This is a bit of an odd one out because it’s not about connecting with loved ones remotely, but about playing games when you’re together. But because it’s also about creating a connection, I wanted to point this out as well. As a parent, definitely give it a try and play together with your child.

https://okplay.co

Caribu (freemium)

Caribu lets you do fun activities together in a video call. For instance, you can read a book or create a drawing together. You can start for free, but to make the most use of the app you will need a subscription.

It can make video calls more engaging and playful, but you still have to find the right time. As a parent myself, I know that can be a challenge!

https://caribu.com

Peekabond (freemium)

Peekabond is a family app that combines the best of video messaging, photo & video sharing, and family games. It’s built with children in mind and designed to be easy to use for all ages. You can share videos or play little games with loved ones. It helps grandparents and grandchildren to build a deeper relationship, with activities that grow with the age of the child.

Download Peekabond

A final word

I am a proud father and co founder of Peekabond. All the apps we’ve mentioned here could help your family to feel closer. Building a meaningful relationship always requires effort. I’ve found that many families really WANT to have a closer connection, but it’s hard to maintain in the daily hustle of life.

This is the challenge that we want to solve with Peekabond. Create a virtual place where you can be together as a family, without adding more work on your plate as a parent.

I invite you to try Peekabond, hope to see you there soon.

About Vincent

Vincent is a father and co-founder of Peekabond, living in the Netherlands. He loves designing beautiful products and wants to use his skills to make (at least) 20 million people smile. When he’s not working on Peekabond, you can find him doing outdoor activities or spending quality time with his family. You can find more about Vincent here

Join Us at Peekabond

Anieke Lamers, our CEO created Peakabond at the onset of Covid-19. A mobile app to help global families bond with young children remotely. Inspiring families to create playful and engaging moments with young children.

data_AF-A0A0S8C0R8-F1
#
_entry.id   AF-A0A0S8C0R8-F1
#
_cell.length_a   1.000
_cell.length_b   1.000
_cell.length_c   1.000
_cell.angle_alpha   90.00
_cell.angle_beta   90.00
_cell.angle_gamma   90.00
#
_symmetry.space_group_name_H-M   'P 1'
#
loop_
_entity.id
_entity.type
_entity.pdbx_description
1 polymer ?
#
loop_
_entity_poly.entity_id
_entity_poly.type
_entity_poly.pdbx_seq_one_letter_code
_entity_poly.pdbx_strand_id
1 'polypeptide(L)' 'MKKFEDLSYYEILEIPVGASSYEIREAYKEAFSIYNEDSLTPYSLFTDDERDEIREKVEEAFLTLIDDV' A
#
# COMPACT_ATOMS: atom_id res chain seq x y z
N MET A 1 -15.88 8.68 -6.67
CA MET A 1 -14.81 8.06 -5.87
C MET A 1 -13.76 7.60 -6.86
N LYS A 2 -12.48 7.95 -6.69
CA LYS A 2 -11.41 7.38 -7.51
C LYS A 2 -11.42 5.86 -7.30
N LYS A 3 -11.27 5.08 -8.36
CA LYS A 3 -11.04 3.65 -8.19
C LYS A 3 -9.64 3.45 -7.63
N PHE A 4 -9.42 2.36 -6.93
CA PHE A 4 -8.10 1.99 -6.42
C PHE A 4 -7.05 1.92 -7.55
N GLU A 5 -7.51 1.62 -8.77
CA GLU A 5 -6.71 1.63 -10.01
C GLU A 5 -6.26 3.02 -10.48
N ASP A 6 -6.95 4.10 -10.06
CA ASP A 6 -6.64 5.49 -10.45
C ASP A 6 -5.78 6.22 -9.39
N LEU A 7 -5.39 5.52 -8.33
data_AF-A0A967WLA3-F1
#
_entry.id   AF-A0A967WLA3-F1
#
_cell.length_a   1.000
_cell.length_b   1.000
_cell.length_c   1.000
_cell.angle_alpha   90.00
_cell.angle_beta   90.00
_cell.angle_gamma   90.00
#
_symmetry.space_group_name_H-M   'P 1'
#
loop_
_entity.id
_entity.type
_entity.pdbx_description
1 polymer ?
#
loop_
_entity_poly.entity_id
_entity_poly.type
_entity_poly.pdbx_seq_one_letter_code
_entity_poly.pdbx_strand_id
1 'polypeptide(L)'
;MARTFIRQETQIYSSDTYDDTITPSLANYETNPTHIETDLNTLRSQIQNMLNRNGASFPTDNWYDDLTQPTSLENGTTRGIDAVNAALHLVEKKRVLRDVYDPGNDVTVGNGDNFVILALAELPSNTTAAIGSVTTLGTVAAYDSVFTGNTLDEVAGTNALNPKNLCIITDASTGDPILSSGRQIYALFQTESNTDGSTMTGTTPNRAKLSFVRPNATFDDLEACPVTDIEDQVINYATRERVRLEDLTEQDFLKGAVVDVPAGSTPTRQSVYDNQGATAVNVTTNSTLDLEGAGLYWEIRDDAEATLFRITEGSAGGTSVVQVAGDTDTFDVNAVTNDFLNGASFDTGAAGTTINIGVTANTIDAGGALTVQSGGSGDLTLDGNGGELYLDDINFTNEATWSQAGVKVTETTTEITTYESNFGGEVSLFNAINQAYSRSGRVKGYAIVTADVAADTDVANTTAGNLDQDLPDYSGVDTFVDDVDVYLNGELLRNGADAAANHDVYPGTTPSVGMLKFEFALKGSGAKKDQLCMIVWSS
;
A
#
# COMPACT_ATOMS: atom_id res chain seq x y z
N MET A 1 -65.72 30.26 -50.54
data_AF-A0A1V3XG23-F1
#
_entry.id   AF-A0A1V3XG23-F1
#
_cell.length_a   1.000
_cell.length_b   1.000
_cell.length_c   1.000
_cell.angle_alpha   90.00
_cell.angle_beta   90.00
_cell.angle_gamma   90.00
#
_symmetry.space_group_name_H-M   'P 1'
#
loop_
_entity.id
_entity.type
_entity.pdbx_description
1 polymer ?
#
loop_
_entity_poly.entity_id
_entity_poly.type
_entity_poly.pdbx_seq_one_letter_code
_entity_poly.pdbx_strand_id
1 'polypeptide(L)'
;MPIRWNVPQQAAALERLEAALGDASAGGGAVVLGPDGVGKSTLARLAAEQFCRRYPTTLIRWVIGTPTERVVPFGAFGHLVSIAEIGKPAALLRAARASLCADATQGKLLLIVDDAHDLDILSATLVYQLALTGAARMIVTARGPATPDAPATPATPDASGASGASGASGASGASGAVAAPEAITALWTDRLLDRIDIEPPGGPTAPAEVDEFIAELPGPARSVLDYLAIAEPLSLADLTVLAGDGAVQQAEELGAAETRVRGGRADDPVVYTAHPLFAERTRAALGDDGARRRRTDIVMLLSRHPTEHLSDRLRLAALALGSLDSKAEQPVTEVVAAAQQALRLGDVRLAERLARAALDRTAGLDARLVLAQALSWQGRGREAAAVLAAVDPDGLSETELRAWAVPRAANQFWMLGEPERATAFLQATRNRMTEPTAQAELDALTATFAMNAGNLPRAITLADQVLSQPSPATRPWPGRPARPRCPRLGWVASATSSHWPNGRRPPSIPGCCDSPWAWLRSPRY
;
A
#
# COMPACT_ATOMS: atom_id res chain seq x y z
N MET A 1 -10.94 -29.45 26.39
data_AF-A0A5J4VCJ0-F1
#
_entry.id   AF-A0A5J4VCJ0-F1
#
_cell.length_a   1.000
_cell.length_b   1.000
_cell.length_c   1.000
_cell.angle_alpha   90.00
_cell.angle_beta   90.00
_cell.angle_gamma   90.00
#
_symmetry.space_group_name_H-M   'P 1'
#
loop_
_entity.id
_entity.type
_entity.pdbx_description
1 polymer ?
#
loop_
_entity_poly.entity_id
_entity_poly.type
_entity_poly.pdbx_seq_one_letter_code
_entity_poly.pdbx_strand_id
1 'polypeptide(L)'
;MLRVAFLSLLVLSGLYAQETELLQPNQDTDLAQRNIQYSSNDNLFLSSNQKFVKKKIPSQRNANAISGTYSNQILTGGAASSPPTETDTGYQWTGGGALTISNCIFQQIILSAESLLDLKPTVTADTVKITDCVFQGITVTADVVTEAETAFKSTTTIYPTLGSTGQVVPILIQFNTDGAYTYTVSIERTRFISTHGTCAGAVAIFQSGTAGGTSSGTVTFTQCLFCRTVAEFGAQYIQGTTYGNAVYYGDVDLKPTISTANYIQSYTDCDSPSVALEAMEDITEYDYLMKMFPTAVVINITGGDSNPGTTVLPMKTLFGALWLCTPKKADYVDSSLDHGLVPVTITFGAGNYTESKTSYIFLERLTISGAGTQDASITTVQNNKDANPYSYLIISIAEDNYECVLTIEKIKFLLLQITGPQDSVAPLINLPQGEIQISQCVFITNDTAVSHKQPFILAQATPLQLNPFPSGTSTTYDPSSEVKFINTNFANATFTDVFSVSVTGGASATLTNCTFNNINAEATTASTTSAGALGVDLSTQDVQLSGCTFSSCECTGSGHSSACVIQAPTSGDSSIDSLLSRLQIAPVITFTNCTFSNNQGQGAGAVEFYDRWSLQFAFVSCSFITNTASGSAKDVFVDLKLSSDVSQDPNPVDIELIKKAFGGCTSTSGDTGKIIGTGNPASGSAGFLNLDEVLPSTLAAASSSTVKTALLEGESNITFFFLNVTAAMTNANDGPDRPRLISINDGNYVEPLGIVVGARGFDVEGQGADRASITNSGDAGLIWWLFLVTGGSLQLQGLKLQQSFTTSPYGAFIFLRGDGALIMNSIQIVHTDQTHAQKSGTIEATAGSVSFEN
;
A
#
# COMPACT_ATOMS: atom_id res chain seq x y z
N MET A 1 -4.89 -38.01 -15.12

Asynchronous video connection and inspirational science-based content suggestions. Allowing families and loved ones to share small moments and build better bonds. Every play experience is designed with care and approved by child development experts. Always age appropriate. Always private and secure, never showing ads. Our intention is to build a movement that connects families across borders and over generations. To try storytelling activities at Peekabond go here. 

Testing is the Key to Creating an App that Users will Love by Katy Barnard

Testing is the Key to Creating an App that Users will Love

Developing an amazing app is a lot like creating the perfect cake recipe.

Maybe it’s too sweet? Use less sugar. Taste it. Mm, still not right.

Maybe it’s too dry? Try adding more milk. Give a piece to a friend. What do they think?

It takes constant testing until you find the exact recipe that people love.

At Peekabond, we are determined to create the perfect platform for families to make meaningful and lasting connections with little ones far away. This also takes a lot of testing. (But sadly, less cake).

What is user research?

User research is an essential part of the design process. It allows the team to test and validate or invalidate their design decisions. The user is at the center of this process. It is very important to talk to users about their experience with the app to ensure that we are designing something that works for them.

User research can take many forms such as video calls, surveys, screen captures… Using these different methods, we can understand how users use the app, where they get confused, what they like/don’t like and listen to their ideas for improvement.

How does user research work at Peekabond?

Step 1: Defining the experiment

Every user research endeavor begins with an experiment. These experiments are ideas that the Peekabond team comes up with or improvement suggestions from our users. Each new idea must be validated through user research before it goes into the app. And, once it’s in the app, we test it even more to make sure it is working well for our users.

Step 2: Finding users

Next, we need YOU! Recruiting current and future Peekabond users is the most important step, because without users there is no user testing. The only requirement to be a test user is to have experience with long-distance bonding with young children. You can be a parent trying to have your kids bond with their grandparents. You can be the grandparent trying to bond with your little loved ones. You can be an aunt, an uncle or a cousin. Or you can be a close family friend.

Step 3: Setting a time to meet